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1. Strictly, and properly fpeaking, it is not the pardon of fin. These two acts of divine grace are in ftrict connection with each other, and are not to be separated; that is to fay, where the one is, the other alfo is; yet, I think, they may be diftinguished. Divines generally make juftification to consist in the remiffion of fins, and in the imputation of Chrift's righteousness; which fome make different parts; others fay, they are not two integrating parts of juftification, or acts numerically and really distinct, but only one act respecting two different terms, à quo & ad quem; just as by one, and the fame act, darknefs is expelled from the air, and light is introduced into it; fo by one, and the fame act of justification, the finner is abfolved from guilt, and pronounced righteous. Hence they conclude, that those divines express the whole nature of justification, who say, that it consists in the remiffion of fins, and who say, that it confifts in the imputation of righteousness; because, say they, when God forgives us our fins, he pronounces us righteous, by the imputation of Chrift's righteousness; and when he pronounces us righteous, by the imputation of Chrift's righteousness, he forgives us our fins. I readily allow that there is a very great agreement between juftification and pardon, in their efficient, impulfive, and procuring causes, in their objects, or fubjects, in their commencement, and manner of completion: the fame God that pardons the fins of his people, juftifies them, or accounts them righteous; the fame grace, which moved him to the one, moved him to the other; as the blood of Chrift was fhed for the remiffion of fins, fo by it are we juftified; all who are justified are pardoned; and all who are pardoned, are justified, and that, at one and the fame time; both these acts are finished at once, fimul & femel, and are not carried on in a gradual and progreffive way, as fanctification. But all this does not prove them to be one and the fame, for though they agree in these things, in others they differ; for juftification is a pronouncing a perfon righteous according to law, as though he had never finned; not fo pardon: it is one thing for a man to be tried by law, caft, and condemned, and then receive the king's pardon; and another thing to be tried by the law, and, by it, to be found and declared righteous, as though he had not finned against it. Moreover, though pardon takes away fin, and therefore is expreffed by God's cafting of it behind his back, and into the depths of the fea, and by a removal of it from his people, as far as the east is from the west; yet it does not give a righteousness, as juftification does; pardon of fin, indeed, takes away our filthy garments, but it is juftification that clothes us with change of raiment. Befides,

Vid. Alting. Loc. Commun. loc. 14. p. 237. Walai Enchirid. Relig. Reform. p. 72, 73. & Loc. Commun. p. 426, 428. b Vid. Wendelin. Chriftian. Theol. 1. 1. c. 25. thef. 8. P. 500. Ifai. xxxviii. 17. Micah vii. 20. Pfalm ciii. 13.

Besides, more is required, and was given for our juftification, than for our pardon; the blood of Chrift was fufficient to procure pardon; but, besides, his fuffering of death, the holiness of his nature, and the perfect obedience of his life, must be imputed for juftification. Again, though pardon frees from punishment, yet, ftrictly, and properly speaking, it does not give a title to eternal life; that juftification properly gives, and is one good reafon why the apostle calls it Juftification of life. If a king pardons a criminal, he does not thereby give him a title to his crown and kingdom; if he will, when he has pardoned him, take him to court, make him his fon and heir, it must be by another distinct act of royal favour. Once more, juftification paffed on Christ, as our Head and Representative, when he rose from the dead, but fo did not pardon. We may truly fay, that Chrift was justified, because the fcriptures say fo, but we cannot say that he was pardoned; should we, it would found very harfh in our ears, as well as be, I think, a very unwarrantable expreffion; therefore pardon and justification may be confidered as two distinct things. In fine, if these two are one and the fame, the apostle must be guilty of a tautology in our text, where he speaks distinctly of justification, having fully expreffed forgiveness of fin in the preceding verfe.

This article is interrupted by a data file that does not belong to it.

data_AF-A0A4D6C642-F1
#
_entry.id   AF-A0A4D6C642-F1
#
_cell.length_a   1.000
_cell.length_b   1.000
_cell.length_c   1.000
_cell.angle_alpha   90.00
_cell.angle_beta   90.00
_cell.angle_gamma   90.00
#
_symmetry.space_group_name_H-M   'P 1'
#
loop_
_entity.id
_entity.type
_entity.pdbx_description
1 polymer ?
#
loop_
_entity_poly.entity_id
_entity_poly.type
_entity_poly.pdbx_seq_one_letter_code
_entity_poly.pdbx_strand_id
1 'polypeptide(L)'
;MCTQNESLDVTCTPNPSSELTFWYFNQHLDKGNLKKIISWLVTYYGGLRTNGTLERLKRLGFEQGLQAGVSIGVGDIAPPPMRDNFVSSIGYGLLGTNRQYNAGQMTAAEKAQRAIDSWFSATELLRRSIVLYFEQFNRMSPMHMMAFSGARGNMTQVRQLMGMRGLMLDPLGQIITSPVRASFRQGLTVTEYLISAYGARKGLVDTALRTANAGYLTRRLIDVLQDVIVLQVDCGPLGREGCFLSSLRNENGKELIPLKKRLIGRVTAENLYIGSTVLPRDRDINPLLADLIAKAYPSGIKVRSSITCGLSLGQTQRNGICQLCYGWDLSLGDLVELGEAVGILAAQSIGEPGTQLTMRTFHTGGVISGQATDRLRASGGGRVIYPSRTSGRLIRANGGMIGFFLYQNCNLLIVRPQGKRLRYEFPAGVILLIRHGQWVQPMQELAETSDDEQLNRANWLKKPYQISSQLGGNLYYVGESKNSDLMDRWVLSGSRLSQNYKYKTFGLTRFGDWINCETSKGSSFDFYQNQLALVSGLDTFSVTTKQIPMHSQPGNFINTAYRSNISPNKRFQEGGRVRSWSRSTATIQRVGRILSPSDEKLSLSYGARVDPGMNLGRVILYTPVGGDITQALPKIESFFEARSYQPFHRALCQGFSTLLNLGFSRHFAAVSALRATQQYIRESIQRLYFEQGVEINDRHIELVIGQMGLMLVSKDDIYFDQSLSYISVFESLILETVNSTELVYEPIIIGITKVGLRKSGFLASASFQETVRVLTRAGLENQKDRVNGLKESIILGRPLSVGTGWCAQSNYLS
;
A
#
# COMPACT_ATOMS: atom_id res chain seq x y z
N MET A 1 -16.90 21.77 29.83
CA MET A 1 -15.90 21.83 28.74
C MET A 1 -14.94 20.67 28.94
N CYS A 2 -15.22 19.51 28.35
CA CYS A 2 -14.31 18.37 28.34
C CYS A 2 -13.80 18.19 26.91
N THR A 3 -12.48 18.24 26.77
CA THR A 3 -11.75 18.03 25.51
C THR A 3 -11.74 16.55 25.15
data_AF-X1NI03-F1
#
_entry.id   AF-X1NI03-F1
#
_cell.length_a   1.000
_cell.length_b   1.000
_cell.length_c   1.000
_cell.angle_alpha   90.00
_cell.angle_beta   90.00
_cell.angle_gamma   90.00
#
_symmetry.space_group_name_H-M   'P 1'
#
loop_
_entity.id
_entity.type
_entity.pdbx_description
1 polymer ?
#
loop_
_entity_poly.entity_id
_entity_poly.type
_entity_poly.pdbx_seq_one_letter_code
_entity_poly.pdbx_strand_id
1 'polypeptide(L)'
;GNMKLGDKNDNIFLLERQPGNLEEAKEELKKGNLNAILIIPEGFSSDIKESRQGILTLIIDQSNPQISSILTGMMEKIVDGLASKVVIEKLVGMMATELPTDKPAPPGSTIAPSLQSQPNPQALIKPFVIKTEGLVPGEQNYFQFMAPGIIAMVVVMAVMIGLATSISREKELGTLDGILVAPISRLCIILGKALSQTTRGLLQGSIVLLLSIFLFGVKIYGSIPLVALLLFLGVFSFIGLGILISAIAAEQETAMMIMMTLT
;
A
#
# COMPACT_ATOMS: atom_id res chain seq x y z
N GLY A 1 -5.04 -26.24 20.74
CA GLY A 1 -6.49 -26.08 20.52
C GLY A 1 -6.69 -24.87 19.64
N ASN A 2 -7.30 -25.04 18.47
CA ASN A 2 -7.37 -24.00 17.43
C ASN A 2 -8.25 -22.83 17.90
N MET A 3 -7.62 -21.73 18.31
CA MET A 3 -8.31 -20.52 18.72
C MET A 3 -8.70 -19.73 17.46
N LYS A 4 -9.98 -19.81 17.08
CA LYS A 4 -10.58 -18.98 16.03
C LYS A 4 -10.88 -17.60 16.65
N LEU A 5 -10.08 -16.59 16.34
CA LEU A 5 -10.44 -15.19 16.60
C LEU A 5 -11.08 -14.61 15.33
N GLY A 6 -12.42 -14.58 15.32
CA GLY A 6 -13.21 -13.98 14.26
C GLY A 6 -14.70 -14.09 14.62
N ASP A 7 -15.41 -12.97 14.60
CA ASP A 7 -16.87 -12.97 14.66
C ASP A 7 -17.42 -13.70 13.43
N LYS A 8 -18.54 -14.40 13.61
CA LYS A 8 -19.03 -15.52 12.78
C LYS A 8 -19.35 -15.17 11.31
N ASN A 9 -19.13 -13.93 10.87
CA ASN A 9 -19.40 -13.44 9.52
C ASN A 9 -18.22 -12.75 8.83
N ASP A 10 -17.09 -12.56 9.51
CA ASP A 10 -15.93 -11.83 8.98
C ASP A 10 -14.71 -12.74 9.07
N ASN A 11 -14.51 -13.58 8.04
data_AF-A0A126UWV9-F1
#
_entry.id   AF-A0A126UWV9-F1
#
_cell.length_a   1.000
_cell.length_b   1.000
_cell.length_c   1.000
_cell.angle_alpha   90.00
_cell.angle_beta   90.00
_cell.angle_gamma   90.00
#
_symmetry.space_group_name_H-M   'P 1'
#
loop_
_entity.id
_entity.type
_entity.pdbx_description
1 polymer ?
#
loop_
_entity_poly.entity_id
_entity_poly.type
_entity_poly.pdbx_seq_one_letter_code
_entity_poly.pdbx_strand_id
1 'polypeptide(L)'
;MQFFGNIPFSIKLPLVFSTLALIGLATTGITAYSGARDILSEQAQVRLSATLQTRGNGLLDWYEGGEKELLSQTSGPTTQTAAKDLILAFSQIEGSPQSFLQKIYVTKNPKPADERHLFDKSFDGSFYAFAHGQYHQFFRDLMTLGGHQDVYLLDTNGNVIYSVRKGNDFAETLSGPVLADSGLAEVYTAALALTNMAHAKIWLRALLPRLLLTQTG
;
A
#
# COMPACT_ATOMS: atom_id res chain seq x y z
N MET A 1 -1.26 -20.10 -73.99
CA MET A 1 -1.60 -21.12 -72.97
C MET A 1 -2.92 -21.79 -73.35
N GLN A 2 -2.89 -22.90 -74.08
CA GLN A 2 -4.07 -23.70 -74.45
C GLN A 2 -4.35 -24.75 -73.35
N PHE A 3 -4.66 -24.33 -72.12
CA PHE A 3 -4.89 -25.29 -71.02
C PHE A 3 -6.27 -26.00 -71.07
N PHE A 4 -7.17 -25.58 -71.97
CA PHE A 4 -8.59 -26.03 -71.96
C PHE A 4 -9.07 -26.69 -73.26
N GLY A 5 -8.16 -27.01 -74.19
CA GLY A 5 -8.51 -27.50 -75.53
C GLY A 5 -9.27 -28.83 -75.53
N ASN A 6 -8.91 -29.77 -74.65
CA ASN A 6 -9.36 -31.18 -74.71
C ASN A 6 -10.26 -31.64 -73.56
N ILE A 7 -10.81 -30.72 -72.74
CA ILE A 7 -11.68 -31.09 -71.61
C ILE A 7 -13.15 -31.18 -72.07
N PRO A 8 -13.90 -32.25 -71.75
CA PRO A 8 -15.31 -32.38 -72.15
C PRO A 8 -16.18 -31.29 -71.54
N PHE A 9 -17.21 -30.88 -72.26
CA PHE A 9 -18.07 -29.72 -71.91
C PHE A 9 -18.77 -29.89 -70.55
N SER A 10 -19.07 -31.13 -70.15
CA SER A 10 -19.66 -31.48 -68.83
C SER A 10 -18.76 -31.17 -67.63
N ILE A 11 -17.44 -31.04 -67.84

2. Juftification is not a teaching, or an inftructing of men in the way and method how they are or may be justified. When Christ, as God's righteous fervant, is faid to justify many by his knowledge'; the meaning is, not that he, by his knowledge, or doctrine, should only teach men how they might be justified, or what is God's way and method of justifying finners; for this is no more than what the ministers of the gospel do, who are faid to turn many to righteousness, or, as it is in the original text, to justify many; which they do, by preaching the gofpel, wherein the righteousness of God is revealed, from faith to faith; and which, being bleffed and owned by the Spirit of God, is the miniftration of righteousness to many but the meaning is, that he should give to many a spiritual knowledge of himself, which, in other words, is faith; by which they should have a comfortable apprehenfion in their juftification by his righteousness.

3. Juftification is not an infufion of righteousness into perfons; to juftify, is not to make men holy and righteous, who were unholy and unrighteous, by producing any physical or real change in them; for this is to confound justification and fanctification together, which are very manifeftly diftinct; the one being a work of grace in us; the other an act of grace towards us; the one is imperfect, the other perfect; the one is progreffive, and is carried on by degrees; the other is compleat, and finifhed at once. Befides, juftification

e 1 Tim. iii. 16.

f Ifai. liii. 11.

d Rom. v. 18.
Dan. xii. 3. ' *p & juftificantes multos, Jun. & Tremell. Arias Montan.